Electronic FBAR Reporting
The report must be filed electronically. The prescribed exchange rate for 2022 is 0.936 EUR / 1 USD ( list of all exchange rates since 2001). FinCEN (Financial Crimes Enforcement Network) has issued detailed FBAR – Electronic Filing Instructions.
For more information about the FBAR, please click on the following links or contact us, your Wirtschaftsprüfer und Steuerberater in den USA®. You can also connect with us easily by phone; +49 89 2351 3218 or +1 914 816 1115 after 15h (9 am ET).
Additional Reporting Requirements by US Taxpayers Holding Foreign Financial Assets (Form 8938)
Taxpayers with specified foreign financial assets exceeding certain thresholds must report those assets to the IRS on Form 8938, Statement of Specified Foreign Financial Assets. The new Form 8938 filing requirement does not replace or otherwise affect a taxpayer’s obligation to file an FBAR. As your Wirtschaftsprüfer und Steuerberater in den USA®, we can assist you in fulfilling these obligations.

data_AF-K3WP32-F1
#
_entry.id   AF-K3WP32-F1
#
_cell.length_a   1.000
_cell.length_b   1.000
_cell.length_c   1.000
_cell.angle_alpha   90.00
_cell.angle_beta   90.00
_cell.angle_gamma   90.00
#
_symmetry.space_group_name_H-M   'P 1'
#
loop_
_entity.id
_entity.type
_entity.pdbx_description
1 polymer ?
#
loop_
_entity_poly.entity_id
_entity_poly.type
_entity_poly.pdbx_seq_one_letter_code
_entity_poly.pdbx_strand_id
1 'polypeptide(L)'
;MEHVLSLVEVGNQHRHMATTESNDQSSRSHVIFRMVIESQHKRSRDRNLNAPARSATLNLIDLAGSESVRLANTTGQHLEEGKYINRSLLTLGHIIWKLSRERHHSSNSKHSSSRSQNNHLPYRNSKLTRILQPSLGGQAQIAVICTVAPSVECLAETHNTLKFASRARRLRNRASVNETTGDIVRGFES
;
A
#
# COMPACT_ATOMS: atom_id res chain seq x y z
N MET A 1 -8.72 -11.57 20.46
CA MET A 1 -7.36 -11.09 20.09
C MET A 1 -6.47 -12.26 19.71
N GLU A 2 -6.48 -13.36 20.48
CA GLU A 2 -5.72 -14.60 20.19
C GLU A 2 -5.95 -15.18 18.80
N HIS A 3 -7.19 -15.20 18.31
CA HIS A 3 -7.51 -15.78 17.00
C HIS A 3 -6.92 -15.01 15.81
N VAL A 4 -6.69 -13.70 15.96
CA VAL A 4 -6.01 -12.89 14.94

Penalties for inaccurate reporting of offshore transactions can be severe. A summary of potential penalties and a comparison of Form 8938 and FBAR reporting can be found on IRS.gov.
To learn more about Form 8938, please click on the following link or contact us:
Passive Foreign Investment Companies (PFICs)
PFIC rules are among the most complex IRS requirements affecting individual taxpayers. Taxpayers owning interests in PFICs face a significantly higher reporting burden than those owning interests in US-based mutual funds. Unlike US-based funds, foreign investments are not obligated to provide US investors with tax reporting information, placing the responsibility on the shareholder to determine ownership share and tax obligations.
US taxpayers who hold certain types of investments in specific foreign entities generating mostly passive income are required to disclose them. US taxpayers investing in these funds, e.g., foreign funds or ETFs, are taxed even on the undistributed income the foreign investment generates. US taxpayers holding this kind of investment cannot benefit from the potential tax deferral created by a systematic non-distribution of the foreign entity’s income. The PFIC legislation provides options to taxpayers wanting to decrease the burden of this taxing regime.